A great title for I Love to Read Month . . . The Good Little Book by Kyo Maclear tells the story of when “boy meets book”. It’s not quite love at first sight, but “the book the boy thought could’nt do anything did many things. It carried him to the deep sea and steered him towards a faraway land. It dazzled him and stumped him and made him laugh and gasp. He read it through. Then he turned back to the beginning and read it again.”
The Good Little Book is available in the Picture Book section at the Library.
Board Books are available for your youngest family members to explore @ your local library.
New York Times bestseller Jackie Urbanovic brings us a cute and clever twist on the classic fairy tale The Frog Prince.
Hopper is a frog . . . a wild frog . . . a hopelessly hoppy, rambunctious frog that doesn’t fit in at the pond. But he can’t figure out why.
Until one day when a wise turtle suggests that maybe he’s not really a frog at all. Maybe he’s a prince.
So starts Hopper’s adventure to find his princess and unlock his true royal self. Will our hero find a princess? And if he does, will his transformation be everything he had hoped for?
A hilarious story about finding your true friends and your true self, Prince of a Frog is a triumphant and special read-aloud that brings a new meaning to the term: Happy (Hoppy) Endings!
” The book’s true richness, though, lies in its illustrations — watercolors given texture by fine pen-and-ink hatching — which are almost as lush as the Indonesian landscape itself. They contain an abundance of detail and even sly jokes . . . [and] moments of deliberate visual ambiguity add to the fun.” —Publishers Weekly
Prince of a Frog is part of the Children’s Picture Book Collection.
The phenomenal true story of the black female mathematicians at NASA whose calculations helped fuel some of America’s greatest achievements in space. Soon to be a major motion picture starring Taraji P. Henson, Octavia Spencer, Janelle Monae, Kirsten Dunst, and Kevin Costner.
Before John Glenn orbited the earth, or Neil Armstrong walked on the moon, a group of dedicated female mathematicians known as “human computers” used pencils, slide rules and adding machines to calculate the numbers that would launch rockets, and astronauts, into space.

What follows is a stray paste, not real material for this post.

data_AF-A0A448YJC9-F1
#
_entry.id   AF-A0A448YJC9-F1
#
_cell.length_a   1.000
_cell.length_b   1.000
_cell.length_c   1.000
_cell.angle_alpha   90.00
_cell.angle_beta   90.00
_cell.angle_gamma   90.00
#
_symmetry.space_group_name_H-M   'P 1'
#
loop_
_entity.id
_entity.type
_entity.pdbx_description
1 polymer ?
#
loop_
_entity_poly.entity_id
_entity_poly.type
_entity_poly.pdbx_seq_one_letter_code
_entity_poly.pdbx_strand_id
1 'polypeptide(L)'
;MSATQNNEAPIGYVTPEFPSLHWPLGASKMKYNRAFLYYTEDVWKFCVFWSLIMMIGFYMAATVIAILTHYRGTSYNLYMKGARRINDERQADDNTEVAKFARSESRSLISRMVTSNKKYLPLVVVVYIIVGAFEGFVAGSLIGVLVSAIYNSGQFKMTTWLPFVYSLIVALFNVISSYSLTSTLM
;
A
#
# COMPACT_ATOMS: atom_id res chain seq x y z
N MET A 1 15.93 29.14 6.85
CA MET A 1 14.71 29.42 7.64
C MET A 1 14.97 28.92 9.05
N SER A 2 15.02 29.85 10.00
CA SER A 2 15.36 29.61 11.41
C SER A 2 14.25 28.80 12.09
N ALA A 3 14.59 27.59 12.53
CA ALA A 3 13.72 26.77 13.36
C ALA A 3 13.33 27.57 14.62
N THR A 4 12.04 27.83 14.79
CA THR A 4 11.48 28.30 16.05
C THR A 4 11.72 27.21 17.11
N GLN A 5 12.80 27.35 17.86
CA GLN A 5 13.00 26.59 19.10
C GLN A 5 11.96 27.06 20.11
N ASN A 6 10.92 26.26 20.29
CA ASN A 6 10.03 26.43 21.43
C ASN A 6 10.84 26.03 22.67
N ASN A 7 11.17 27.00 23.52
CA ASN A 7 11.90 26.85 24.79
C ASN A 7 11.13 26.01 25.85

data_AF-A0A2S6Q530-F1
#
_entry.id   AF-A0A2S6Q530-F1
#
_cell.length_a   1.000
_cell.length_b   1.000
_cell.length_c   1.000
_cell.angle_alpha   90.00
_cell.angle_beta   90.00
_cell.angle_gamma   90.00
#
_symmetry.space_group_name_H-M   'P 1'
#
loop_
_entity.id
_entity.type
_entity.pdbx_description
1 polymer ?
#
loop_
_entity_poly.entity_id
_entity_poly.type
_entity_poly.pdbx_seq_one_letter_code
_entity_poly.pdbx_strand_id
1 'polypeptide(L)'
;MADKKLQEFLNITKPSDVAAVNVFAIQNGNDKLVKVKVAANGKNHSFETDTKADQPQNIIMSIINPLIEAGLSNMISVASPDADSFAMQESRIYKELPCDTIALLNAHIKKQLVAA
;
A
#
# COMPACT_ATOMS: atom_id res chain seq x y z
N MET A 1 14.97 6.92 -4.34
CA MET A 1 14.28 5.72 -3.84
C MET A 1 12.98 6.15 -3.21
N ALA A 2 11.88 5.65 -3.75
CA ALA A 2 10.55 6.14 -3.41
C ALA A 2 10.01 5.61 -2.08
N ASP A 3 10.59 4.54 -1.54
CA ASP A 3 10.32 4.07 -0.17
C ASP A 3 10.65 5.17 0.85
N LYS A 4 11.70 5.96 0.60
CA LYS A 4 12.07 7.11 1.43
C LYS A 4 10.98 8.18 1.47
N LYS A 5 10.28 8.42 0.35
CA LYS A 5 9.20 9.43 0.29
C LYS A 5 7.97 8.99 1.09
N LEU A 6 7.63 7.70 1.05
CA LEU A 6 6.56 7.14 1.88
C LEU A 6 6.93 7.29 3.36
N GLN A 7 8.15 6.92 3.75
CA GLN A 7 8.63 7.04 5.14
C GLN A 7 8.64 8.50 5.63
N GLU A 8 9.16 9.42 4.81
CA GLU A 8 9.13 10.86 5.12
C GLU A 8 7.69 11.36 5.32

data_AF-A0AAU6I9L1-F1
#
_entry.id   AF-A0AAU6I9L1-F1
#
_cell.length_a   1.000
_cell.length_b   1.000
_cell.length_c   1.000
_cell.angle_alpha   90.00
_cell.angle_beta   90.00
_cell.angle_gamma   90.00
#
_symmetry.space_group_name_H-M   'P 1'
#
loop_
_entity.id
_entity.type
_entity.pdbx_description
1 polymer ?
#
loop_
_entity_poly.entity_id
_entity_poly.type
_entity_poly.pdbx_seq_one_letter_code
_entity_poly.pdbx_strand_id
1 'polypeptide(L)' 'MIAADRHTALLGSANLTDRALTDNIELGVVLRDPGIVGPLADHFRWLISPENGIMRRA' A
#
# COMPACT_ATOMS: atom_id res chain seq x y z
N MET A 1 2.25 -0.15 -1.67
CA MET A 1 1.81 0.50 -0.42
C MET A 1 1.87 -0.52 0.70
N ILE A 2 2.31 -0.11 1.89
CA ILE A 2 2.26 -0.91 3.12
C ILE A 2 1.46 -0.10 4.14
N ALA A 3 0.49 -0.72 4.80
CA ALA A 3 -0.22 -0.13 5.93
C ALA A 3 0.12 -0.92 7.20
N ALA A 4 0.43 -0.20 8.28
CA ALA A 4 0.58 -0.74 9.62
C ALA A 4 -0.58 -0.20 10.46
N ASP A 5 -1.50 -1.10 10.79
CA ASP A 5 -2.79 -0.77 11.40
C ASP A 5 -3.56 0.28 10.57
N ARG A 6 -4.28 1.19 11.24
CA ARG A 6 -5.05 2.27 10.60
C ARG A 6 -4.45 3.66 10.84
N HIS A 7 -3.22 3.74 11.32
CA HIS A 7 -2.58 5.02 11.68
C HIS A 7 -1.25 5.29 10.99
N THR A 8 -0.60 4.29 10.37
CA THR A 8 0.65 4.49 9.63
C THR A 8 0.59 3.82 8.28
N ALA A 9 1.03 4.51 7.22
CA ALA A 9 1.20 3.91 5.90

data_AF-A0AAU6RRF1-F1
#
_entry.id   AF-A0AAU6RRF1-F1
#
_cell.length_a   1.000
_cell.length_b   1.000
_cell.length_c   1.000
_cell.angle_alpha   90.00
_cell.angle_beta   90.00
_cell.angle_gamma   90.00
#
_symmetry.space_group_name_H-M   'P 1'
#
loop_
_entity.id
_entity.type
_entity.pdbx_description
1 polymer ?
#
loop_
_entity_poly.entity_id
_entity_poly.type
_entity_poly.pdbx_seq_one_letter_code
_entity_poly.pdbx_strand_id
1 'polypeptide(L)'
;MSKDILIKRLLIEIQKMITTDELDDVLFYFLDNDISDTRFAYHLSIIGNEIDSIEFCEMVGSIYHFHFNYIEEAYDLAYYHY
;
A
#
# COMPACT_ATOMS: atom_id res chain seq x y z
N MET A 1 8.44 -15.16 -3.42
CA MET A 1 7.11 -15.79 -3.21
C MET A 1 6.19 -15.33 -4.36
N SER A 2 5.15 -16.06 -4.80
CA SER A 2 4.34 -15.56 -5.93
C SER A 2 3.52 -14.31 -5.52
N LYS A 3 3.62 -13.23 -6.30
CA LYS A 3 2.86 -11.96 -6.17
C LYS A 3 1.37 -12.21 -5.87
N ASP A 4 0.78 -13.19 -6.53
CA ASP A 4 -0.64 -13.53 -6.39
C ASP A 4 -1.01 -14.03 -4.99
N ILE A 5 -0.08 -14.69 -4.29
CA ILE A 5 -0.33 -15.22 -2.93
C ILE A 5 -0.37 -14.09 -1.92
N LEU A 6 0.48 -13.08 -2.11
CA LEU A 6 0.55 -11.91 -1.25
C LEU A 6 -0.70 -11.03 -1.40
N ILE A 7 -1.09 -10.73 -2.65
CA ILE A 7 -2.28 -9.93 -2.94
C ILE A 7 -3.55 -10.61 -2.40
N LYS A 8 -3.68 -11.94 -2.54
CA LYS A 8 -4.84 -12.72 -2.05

Among these problem-solvers were a group of exceptionally talented African American women, some of the brightest minds of their generation. Originally relegated to teaching math in the South’s segregated public schools, they were called into service during the labor shortages of World War II, when America’s aeronautics industry was in dire need of anyone who had the right stuff. Suddenly, these overlooked math whizzes had a shot at jobs worthy of their skills, and they answered Uncle Sam’s call, moving to Hampton, Virginia and the fascinating, high-energy world of the Langley Memorial Aeronautical Laboratory.
Even as Virginia’s Jim Crow laws required them to be segregated from their white counterparts, the women of Langley’s all-black “West Computing” group helped America achieve one of the things it desired most: a decisive victory over the Soviet Union in the Cold War, and complete domination of the heavens.
Starting in World War II and moving through to the Cold War, the Civil Rights Movement and the Space Race, Hidden Figures follows the interwoven accounts of Dorothy Vaughan, Mary Jackson, Katherine Johnson and Christine Darden, four African American women who participated in some of NASA’s greatest successes. It chronicles their careers over nearly three decades they faced challenges, forged alliances and used their intellect to change their own lives, and their country’s future.
A family road trip is supposed to be a lot of fun . . . unless, of course, you’re the Heffleys. The journey starts off full of promise, then quickly takes several wrong turns. Gas station bathrooms, crazed seagulls, a fender bender, and a runaway pig-not exactly Greg Heffley’s idea of a good time. But even the worst road trip can turn into an adventure-and this is one the Heffleys won’t soon forget.
Diary of a wimpy kid : The long haul and other titles featuring the Heffley family are available through hoopla and will help make your own summer road trip more enjoyable.